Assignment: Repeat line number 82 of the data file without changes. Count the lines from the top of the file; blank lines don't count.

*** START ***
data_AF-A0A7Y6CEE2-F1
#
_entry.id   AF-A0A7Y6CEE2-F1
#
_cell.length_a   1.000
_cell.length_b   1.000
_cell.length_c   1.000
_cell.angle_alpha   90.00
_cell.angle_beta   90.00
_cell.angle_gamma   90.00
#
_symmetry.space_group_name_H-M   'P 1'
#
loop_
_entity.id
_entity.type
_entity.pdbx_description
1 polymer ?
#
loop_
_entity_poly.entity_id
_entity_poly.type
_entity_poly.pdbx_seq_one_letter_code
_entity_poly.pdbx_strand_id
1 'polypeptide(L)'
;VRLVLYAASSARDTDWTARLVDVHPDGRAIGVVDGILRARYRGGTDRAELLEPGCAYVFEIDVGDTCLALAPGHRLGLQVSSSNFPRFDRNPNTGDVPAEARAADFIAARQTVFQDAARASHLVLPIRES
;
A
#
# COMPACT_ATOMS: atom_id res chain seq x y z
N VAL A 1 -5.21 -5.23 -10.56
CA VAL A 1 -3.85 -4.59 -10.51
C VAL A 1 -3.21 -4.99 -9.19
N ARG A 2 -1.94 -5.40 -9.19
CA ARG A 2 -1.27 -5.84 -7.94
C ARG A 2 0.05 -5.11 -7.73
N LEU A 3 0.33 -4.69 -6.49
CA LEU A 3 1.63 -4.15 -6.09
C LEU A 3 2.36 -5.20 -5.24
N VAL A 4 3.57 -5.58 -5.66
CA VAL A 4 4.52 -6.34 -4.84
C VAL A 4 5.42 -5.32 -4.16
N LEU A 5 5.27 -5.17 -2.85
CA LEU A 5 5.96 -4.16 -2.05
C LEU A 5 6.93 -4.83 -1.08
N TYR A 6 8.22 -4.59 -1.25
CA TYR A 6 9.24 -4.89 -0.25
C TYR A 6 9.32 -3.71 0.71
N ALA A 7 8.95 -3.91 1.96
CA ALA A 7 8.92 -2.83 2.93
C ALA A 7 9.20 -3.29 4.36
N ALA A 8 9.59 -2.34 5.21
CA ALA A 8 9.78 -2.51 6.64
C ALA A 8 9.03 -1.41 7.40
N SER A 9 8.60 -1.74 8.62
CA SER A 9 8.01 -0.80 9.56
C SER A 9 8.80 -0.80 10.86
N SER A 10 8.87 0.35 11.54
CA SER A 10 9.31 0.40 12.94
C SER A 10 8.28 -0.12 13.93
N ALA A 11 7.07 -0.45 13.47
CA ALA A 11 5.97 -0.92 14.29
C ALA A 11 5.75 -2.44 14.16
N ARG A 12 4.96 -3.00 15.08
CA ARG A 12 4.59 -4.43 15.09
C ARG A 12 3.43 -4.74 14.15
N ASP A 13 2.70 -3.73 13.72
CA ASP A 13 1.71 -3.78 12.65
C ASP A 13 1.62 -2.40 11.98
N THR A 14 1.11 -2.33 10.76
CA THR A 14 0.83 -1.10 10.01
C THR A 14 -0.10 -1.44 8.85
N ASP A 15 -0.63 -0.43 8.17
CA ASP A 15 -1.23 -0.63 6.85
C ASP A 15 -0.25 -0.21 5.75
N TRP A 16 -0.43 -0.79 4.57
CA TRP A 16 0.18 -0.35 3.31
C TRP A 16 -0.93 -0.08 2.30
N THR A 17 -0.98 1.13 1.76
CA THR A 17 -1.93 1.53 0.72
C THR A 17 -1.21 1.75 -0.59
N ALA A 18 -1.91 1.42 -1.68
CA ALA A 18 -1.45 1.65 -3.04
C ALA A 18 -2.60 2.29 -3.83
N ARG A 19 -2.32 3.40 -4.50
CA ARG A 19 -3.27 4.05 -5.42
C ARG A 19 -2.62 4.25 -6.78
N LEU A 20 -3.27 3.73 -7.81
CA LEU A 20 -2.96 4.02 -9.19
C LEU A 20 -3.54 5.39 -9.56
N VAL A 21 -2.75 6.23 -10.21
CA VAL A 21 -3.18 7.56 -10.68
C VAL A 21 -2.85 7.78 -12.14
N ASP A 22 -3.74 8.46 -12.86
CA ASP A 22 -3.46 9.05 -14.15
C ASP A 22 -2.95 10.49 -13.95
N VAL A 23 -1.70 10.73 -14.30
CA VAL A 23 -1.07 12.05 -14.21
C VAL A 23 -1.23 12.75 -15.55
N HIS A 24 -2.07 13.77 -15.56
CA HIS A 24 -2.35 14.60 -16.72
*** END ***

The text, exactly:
N ALA A 18 -1.91 1.42 -1.68